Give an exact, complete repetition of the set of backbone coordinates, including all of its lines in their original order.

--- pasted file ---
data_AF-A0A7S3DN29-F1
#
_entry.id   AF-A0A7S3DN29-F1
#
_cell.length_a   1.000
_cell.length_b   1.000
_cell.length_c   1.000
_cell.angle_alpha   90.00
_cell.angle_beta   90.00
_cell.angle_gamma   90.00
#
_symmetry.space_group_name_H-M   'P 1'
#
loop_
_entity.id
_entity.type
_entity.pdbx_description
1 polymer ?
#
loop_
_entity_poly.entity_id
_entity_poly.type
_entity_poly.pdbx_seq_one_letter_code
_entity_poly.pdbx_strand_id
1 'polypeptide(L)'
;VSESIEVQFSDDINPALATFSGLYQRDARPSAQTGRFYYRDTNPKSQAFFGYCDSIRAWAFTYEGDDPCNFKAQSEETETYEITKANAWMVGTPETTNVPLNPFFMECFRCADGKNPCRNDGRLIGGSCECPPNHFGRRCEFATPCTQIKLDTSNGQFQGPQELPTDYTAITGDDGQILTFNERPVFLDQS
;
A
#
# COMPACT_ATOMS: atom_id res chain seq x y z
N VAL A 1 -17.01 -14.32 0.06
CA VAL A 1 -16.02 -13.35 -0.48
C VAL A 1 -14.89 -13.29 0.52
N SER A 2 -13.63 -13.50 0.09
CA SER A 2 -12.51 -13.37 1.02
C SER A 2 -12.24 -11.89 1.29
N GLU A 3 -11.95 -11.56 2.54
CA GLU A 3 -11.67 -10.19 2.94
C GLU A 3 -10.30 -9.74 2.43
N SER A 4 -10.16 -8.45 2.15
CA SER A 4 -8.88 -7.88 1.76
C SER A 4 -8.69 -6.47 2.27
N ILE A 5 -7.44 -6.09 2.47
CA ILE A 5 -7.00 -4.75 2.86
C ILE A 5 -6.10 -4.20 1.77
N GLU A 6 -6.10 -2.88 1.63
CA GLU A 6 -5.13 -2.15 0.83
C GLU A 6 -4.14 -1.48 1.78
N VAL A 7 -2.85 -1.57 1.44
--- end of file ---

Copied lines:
data_AF-A0A7S3DN29-F1
#
_entry.id   AF-A0A7S3DN29-F1
#
_cell.length_a   1.000
_cell.length_b   1.000
_cell.length_c   1.000
_cell.angle_alpha   90.00
_cell.angle_beta   90.00
_cell.angle_gamma   90.00
#
_symmetry.space_group_name_H-M   'P 1'
#
loop_
_entity.id
_entity.type
_entity.pdbx_description
1 polymer ?
#
loop_
_entity_poly.entity_id
_entity_poly.type
_entity_poly.pdbx_seq_one_letter_code
_entity_poly.pdbx_strand_id
1 'polypeptide(L)'
;VSESIEVQFSDDINPALATFSGLYQRDARPSAQTGRFYYRDTNPKSQAFFGYCDSIRAWAFTYEGDDPCNFKAQSEETETYEITKANAWMVGTPETTNVPLNPFFMECFRCADGKNPCRNDGRLIGGSCECPPNHFGRRCEFATPCTQIKLDTSNGQFQGPQELPTDYTAITGDDGQILTFNERPVFLDQS
;
A
#
# COMPACT_ATOMS: atom_id res chain seq x y z
N VAL A 1 -17.01 -14.32 0.06
CA VAL A 1 -16.02 -13.35 -0.48
C VAL A 1 -14.89 -13.29 0.52
N SER A 2 -13.63 -13.50 0.09
CA SER A 2 -12.51 -13.37 1.02
C SER A 2 -12.24 -11.89 1.29
N GLU A 3 -11.95 -11.56 2.54
CA GLU A 3 -11.67 -10.19 2.94
C GLU A 3 -10.30 -9.74 2.43
N SER A 4 -10.16 -8.45 2.15
CA SER A 4 -8.88 -7.88 1.76
C SER A 4 -8.69 -6.47 2.27
N ILE A 5 -7.44 -6.09 2.47
CA ILE A 5 -7.00 -4.75 2.86
C ILE A 5 -6.10 -4.20 1.77
N GLU A 6 -6.10 -2.88 1.63
CA GLU A 6 -5.13 -2.15 0.83
C GLU A 6 -4.14 -1.48 1.78
N VAL A 7 -2.85 -1.57 1.44